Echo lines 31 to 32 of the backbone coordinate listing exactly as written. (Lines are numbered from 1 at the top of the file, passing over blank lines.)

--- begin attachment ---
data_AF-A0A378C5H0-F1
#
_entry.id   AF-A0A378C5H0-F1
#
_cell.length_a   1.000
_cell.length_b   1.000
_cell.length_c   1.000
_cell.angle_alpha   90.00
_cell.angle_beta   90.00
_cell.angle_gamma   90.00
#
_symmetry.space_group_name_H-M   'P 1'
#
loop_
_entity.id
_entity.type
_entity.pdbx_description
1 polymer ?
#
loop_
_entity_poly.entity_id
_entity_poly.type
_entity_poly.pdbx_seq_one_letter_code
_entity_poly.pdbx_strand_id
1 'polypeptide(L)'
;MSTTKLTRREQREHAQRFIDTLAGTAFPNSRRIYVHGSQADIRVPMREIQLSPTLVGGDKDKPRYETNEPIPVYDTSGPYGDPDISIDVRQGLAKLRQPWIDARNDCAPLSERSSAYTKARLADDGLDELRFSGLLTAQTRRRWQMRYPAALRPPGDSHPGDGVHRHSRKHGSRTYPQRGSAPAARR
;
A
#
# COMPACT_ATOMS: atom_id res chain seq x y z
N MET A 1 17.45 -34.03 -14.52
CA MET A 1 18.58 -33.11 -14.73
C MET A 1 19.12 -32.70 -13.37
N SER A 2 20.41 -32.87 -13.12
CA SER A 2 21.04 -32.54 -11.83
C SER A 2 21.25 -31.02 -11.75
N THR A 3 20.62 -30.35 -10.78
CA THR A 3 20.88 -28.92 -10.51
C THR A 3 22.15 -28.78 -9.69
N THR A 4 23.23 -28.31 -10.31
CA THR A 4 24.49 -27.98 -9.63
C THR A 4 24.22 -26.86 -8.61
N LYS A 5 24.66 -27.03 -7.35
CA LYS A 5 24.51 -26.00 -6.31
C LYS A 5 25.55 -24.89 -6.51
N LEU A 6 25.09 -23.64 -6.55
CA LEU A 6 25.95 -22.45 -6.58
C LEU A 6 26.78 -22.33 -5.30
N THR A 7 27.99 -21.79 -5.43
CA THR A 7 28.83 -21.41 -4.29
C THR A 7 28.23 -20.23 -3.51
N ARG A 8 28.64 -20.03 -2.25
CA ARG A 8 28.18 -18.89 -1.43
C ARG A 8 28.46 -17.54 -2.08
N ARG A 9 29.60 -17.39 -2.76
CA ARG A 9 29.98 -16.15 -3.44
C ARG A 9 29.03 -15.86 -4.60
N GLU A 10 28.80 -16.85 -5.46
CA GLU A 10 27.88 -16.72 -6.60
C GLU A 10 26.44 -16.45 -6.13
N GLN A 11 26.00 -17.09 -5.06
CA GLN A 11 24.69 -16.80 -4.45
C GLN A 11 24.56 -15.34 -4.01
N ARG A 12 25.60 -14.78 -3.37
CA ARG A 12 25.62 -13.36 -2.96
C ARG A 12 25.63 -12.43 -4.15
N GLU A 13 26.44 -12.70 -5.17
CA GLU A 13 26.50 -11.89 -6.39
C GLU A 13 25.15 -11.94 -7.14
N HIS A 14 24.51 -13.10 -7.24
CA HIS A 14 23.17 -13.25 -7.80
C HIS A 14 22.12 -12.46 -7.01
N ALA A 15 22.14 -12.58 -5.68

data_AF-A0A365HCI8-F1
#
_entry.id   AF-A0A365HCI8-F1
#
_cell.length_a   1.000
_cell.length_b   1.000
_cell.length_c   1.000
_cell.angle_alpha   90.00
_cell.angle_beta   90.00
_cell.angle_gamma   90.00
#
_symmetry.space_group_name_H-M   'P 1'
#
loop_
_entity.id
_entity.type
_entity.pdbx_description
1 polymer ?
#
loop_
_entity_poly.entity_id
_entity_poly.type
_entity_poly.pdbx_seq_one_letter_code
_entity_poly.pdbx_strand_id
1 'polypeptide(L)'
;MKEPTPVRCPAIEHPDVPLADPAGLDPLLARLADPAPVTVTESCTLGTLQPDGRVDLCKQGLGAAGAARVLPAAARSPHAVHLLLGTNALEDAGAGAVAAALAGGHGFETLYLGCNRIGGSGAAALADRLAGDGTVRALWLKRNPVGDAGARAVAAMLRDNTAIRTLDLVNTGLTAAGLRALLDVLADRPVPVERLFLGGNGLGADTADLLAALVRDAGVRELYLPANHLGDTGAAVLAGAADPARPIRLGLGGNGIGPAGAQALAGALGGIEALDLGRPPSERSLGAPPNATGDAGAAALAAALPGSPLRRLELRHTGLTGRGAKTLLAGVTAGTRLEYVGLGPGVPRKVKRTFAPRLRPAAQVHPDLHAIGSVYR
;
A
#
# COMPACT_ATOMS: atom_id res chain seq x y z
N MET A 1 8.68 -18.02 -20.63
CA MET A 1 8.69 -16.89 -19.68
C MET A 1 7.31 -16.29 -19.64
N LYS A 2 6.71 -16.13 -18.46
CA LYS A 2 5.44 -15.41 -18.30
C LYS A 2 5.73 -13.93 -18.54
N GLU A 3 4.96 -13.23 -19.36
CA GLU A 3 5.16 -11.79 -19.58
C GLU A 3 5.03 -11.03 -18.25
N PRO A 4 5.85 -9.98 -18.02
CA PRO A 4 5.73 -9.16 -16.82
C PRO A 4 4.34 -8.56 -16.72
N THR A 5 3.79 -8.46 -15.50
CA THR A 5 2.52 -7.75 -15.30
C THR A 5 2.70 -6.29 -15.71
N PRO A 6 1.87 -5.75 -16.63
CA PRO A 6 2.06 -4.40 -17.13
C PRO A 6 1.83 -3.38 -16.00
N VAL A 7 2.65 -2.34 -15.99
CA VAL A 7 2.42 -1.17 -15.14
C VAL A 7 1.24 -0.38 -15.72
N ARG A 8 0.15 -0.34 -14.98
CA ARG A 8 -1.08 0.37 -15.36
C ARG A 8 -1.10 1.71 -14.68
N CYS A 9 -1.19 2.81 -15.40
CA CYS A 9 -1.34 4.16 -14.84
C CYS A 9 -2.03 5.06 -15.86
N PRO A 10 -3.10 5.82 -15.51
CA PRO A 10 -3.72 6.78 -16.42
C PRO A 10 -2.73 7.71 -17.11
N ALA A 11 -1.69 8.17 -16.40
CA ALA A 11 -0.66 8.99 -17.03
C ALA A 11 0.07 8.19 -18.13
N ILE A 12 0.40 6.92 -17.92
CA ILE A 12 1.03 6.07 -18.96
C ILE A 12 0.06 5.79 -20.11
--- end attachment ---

N MET A 1 17.45 -34.03 -14.52
CA MET A 1 18.58 -33.11 -14.73